My story is no different than a million other women’s stories. Sexual harassment is a way of life for any female — from an early age all throughout their lives. Michelle Obama spoke of the sinking feeling in the pit of her stomach, and the deep-seated terror women feel when confronted with the possibility of sexual assault — verbal or physical. Sexual intimidation is as primal as mankind’s predilection for violence. But I wish it weren’t so. Silence can only allow predators to flourish, and so, after many years, I am breaking my own silence.
At the age of 18, at a temporary summer job in NYC, I worked as a receptionist/assistant at a garment district showroom. I had to work to pay my college tuition and expenses for the coming year. So I needed this job. And that made me vulnerable.
One of the owners, an older married man, firmly believed that as owner of this clothing company, he was entitled to “handle” all the merchandise, which included me.
Despite repeated rebuffs, he would make lewd and suggestive remarks. And one day he cornered me in the showroom wardrobe room while I was taking inventory, locked the door and forced himself on me, although I was able to push him off and escape the closet before he could actually rape me.
When I told this to his partner and co-owner, and said that I was going to report the incident to the temp agency, he shrugged and said I was making a big deal about nothing and I shouldn’t be so uptight. Further, he told me that if I resigned, he’d tell the temporary agency that had placed me in this office that my work was unsatisfactory and he would make sure that I wouldn’t be able to work anywhere else that summer or for that agency or any other temp agency ever again. He assured me that if I told anyone about the assault, it would be my word against theirs, and no one would believe me. I was young and very naive. I believed him. And, as I said, I needed the work.
So for 8 long weeks, I stayed. I never left my desk in the front of the showroom to go to an enclosed space ever again. I wouldn’t take the elevator, only the stairs where I could outrun him if he followed me. I wouldn’t use the rest room. And I refused to speak to or respond to the owner who’d trapped me in the closet.
Eventually, close to summer’s end, they hired another assistant and required me to train her, which I did. Although I warned her first. However, she needed the job even more than I. She was a single mom with no college degree and no family to help her at all.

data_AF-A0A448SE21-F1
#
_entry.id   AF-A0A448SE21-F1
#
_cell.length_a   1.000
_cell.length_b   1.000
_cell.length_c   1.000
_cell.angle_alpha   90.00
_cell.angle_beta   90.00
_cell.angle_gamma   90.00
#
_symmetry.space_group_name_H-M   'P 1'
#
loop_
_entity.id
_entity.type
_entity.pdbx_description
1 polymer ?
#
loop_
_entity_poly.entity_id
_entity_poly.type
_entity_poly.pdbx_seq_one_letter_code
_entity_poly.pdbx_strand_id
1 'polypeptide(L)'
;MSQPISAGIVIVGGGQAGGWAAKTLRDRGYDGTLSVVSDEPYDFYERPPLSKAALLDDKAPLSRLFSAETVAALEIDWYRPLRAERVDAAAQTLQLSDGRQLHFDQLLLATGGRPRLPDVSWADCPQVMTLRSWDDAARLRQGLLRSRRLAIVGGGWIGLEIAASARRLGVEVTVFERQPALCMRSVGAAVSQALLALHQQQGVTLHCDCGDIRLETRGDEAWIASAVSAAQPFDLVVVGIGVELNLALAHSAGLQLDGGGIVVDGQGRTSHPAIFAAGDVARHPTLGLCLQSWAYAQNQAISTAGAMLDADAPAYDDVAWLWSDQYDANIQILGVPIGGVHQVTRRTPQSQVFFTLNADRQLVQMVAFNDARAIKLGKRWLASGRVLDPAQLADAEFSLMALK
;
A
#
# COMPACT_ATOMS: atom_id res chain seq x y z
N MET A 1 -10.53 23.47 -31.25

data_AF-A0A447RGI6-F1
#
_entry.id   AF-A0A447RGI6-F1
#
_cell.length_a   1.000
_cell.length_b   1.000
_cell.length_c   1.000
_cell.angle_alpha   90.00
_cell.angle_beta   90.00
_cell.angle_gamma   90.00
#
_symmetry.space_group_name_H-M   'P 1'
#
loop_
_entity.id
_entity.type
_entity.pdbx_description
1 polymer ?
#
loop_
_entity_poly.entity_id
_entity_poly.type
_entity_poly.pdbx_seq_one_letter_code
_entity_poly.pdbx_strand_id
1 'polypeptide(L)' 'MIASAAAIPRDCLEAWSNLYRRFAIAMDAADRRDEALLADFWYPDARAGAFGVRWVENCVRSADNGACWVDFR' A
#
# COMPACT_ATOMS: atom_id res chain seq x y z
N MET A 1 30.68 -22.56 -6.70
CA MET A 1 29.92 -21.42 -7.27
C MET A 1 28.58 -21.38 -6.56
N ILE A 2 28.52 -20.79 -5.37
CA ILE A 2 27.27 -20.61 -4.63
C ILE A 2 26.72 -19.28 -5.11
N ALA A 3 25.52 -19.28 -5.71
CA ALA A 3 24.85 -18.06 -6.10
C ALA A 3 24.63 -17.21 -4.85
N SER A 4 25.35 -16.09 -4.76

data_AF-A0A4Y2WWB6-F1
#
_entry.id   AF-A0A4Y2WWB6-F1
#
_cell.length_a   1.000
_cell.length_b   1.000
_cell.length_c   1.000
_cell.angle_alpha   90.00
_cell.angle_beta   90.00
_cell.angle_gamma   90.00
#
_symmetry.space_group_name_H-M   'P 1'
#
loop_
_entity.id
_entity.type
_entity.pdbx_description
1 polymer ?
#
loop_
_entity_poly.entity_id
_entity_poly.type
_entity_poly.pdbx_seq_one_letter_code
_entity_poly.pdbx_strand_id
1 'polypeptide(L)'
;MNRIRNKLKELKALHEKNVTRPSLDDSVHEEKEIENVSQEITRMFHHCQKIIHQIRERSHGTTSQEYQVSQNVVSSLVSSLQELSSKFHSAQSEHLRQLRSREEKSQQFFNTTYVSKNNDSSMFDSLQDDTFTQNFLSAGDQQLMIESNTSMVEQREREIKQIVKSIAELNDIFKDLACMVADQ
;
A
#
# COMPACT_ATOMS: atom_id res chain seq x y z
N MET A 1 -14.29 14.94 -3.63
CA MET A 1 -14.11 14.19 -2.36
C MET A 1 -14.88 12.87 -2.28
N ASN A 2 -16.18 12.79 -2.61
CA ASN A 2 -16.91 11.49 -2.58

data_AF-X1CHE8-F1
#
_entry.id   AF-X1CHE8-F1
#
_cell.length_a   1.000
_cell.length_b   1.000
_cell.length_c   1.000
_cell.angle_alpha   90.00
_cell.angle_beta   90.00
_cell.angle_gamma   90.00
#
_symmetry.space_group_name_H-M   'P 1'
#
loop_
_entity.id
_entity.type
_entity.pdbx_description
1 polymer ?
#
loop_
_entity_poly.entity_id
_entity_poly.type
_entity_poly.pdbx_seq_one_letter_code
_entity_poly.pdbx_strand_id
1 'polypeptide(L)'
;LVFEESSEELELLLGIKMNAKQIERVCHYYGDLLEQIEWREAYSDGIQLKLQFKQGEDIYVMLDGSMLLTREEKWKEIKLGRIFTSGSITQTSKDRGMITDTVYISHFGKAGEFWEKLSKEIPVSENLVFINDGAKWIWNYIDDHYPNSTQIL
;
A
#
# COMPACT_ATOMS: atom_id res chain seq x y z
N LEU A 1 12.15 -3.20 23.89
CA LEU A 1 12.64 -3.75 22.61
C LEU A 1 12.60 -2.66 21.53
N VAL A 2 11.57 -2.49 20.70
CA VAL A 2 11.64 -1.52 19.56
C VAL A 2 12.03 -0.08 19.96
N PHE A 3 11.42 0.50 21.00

For a month or two, we stayed in touch. Sure enough, that same owner forced himself on her as well. But she wasn’t able to fight him off, and she wasn’t willing to give up her job. In our last conversation she decided to allow him to do whatever he wanted, and I was in no position to help her do otherwise. The memory of our last conversation still haunts me.
After that summer, I decided I would never again place myself in a situation where I would be vulnerable to a sexual predator. If there were no safeguards for me in a workplace, (and for much of my working life there were not) then I would only work with or for women. And so every work choice I’ve made from that summer on was informed by that one experience.
The women who come forward and admit sexual harassment and worse should be respected, and their bravery honored. Because to this day, they face humiliation, ridicule, and the likelihood of being re-victimized by those who doubt their experiences. I wish I had been brave enough to come forward back then, and I’ll always regret my silence. For who knows how many other women he preyed upon because I wasn’t willing or able to speak up.
Sexual predators belong in the big house. And I don’t mean the White House. I don’t understand how anyone, man or woman, can believe otherwise.